The Town of Smithers is working to reduce the contamination rate of curbside recycling.
On March 26, town council adopted a new solid waste bylaw that includes enforcement measures for curbside collectors if recycle bins are found to contain materials that are not part of the recycling program.
The new measures include fines from $100 up to $2,000, however, director of works and operations Roger Smith told Interior News the new bylaw is more about correcting behaviour than penalizing people.
Moving forward, if a curbside collector sees materials that are not part of the recycling program in a recycling bin, Smith said they won’t take the materials away and they’ll affix a notice to the bin explaining why.
“Our goal is education and worst-case scenario we won’t take your materials,” he said.
Formerly, the town’s 2014 garbage collection bylaw included rules and enforcement related to garbage, however, this is the first time the town has adopted enforcement specific to recycling.
“Our bylaw didn’t give us the right to not pick somebody’s recycling up, so that’s the reason it was included and for the update on the bylaw,” Smith said.
The update was prompted by the town’s poor performance in contamination audits, which found “widespread contamination throughout the town.”
As part of its contract with Recycle BC, the town collects curbside recycling from single family dwellings before dropping it off with another contractor, Smithers and Area Recycling Society.
Included in the Recycle BC contract is a contamination limit, a maximum rate of three per cent, the town has to adhere to. Smith said the last two audits of Smithers recycling revealed contamination rates “significantly higher than that.”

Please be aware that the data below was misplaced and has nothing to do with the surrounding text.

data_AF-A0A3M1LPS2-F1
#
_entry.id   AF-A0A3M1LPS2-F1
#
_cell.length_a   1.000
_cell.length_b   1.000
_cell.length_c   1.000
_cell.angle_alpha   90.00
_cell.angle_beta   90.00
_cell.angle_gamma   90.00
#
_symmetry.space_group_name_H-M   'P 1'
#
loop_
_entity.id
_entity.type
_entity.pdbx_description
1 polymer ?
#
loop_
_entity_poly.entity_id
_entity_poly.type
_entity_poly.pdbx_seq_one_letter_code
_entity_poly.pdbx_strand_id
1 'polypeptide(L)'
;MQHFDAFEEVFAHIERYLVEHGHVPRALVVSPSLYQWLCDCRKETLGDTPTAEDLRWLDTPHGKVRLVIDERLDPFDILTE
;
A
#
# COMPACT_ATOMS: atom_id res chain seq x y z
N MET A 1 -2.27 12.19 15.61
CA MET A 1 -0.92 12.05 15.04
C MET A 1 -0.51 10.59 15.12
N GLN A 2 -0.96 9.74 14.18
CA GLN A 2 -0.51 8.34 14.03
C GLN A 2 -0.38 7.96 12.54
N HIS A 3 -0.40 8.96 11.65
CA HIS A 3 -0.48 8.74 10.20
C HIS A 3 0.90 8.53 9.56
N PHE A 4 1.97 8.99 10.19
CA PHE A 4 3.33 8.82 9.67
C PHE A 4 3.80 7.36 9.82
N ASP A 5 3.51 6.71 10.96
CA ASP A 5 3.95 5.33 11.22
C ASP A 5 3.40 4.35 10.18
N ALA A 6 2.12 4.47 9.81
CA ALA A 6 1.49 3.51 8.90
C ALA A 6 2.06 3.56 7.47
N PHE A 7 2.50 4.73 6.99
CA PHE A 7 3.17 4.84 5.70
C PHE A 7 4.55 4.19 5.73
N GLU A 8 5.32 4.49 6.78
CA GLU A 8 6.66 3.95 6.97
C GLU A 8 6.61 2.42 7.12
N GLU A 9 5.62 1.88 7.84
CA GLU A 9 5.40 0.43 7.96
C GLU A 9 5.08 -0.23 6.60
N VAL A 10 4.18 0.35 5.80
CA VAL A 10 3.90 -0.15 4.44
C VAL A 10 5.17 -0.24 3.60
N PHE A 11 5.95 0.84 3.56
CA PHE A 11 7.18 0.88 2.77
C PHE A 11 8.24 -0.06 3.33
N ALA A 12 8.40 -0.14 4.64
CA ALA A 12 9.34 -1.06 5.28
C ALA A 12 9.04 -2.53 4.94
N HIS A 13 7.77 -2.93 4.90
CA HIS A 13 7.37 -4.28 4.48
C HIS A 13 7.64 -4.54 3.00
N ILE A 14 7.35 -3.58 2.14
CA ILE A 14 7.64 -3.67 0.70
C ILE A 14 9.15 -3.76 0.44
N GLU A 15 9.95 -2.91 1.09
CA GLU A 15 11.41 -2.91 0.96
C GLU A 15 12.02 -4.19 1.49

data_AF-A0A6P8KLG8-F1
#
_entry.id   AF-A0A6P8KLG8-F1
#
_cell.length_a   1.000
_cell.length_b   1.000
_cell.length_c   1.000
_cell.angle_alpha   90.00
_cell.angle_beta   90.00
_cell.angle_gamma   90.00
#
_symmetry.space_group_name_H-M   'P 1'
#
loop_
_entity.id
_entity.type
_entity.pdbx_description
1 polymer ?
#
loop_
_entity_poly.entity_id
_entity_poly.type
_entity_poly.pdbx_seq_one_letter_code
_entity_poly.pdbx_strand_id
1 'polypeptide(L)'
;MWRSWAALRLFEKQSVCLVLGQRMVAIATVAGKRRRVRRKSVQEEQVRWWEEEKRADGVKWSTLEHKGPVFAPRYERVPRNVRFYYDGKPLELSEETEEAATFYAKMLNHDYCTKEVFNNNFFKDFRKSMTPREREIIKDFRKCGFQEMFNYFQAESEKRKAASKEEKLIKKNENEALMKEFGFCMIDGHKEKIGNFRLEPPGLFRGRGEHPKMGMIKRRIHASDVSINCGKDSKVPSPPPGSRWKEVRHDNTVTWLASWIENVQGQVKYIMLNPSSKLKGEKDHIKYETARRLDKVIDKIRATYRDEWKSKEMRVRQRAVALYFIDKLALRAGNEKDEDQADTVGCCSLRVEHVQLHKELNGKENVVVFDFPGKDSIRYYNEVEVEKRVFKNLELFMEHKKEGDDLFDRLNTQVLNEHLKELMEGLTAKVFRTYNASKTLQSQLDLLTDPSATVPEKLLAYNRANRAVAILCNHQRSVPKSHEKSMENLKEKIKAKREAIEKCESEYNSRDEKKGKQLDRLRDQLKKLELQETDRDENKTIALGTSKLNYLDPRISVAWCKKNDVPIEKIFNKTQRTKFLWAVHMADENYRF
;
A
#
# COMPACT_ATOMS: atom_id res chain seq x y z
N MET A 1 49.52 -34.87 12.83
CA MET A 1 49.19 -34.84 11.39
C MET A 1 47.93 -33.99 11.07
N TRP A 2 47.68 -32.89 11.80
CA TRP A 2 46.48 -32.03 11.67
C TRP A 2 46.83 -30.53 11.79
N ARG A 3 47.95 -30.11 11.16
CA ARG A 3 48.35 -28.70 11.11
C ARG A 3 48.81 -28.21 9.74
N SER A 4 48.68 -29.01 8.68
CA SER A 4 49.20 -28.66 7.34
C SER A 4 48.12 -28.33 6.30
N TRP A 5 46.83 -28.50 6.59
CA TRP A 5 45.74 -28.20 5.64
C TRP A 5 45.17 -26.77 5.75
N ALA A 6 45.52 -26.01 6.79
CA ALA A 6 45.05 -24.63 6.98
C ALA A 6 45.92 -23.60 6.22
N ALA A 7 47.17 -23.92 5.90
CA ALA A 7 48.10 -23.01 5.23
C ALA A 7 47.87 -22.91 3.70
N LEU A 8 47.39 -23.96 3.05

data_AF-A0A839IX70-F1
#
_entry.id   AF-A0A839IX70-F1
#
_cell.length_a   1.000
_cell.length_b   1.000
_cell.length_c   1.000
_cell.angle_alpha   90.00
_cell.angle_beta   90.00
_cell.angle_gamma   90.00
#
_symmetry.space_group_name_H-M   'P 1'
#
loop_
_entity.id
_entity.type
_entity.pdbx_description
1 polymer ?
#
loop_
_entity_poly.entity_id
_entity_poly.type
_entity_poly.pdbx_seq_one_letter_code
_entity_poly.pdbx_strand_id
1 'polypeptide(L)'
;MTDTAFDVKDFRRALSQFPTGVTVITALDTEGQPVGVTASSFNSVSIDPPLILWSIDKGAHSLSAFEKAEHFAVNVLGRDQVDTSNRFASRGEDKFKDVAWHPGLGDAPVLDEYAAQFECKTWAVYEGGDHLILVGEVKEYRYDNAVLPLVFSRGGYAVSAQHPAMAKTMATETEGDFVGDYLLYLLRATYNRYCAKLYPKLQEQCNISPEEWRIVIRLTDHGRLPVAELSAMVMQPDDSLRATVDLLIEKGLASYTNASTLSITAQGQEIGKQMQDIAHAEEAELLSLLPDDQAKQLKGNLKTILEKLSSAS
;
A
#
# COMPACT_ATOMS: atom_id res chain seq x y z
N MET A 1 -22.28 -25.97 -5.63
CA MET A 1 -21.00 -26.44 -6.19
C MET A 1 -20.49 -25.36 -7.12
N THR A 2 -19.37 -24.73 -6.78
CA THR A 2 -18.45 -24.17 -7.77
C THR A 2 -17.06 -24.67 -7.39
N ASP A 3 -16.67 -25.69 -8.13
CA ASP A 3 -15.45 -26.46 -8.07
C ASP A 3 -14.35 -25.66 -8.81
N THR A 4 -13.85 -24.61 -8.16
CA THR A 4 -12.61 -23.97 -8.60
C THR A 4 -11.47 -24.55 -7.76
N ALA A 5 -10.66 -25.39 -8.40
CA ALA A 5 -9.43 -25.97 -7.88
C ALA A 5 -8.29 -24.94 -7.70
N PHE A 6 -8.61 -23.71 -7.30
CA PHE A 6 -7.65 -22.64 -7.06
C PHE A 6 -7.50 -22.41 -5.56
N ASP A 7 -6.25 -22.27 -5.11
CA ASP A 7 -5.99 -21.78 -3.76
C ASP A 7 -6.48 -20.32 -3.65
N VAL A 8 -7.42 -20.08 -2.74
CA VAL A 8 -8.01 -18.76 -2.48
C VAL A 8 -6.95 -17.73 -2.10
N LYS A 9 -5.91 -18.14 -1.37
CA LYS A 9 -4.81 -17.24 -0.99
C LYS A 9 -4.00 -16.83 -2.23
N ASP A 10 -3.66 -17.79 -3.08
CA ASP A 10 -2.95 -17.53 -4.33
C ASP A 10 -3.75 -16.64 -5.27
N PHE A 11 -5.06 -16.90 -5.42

In the most recent audit, conducted in January, the town’s recycling contamination rate was 17 per cent.
David Lefebvre, spokesperson for Recycle BC, told Interior News that on average the provincial recycling contamination rate is 6.5 per cent.
“If we exceed the contamination threshold we’re subject to fines that are up to as high as $5,000 a load,” Smith said, though Recycle BC has not asked the town to pay a fine to date.
“They don’t want to be in the fine business, they just want to have clean recyclables,” he said of the not-for-profit.
Lefebvre said a common problem Recycle BC sees is something called “wish-cycling.”
“That’s where somebody might look at a product, at a material and say, ‘I’m not really sure if this should go in,’ and then they’ll throw it in,” he said. “If it’s not something that’s accepted then it’s considered a contaminant.”
Smith said that after conducting audits, Recycle BC gives the town a detailed report with photographs.
“There was a plastic tarp, there was a welcome mat, we’ve seen all kinds of stuff,” he said. “People actually putting garbage in their recycling bins.”
He said the restricted items they most commonly find contaminating bins are glass, refundables, and plastic bags and overwrap.
“A lot of people were putting all their recyclables into plastic bags,” he said. “Those would get treated as garbage and get thrown in the garbage, regardless of what’s in there.
“Most people are doing it wrong and they just don’t know it.”
To improve recycling efforts, Smith said his department sends out notices and an annual calendar, and the Recycle Coach app includes tips and reminders.
“There haven’t been many repeat offenders,” Smith said of residents they have reached with their recycling education. “And I’ve looked in a lot of bins.”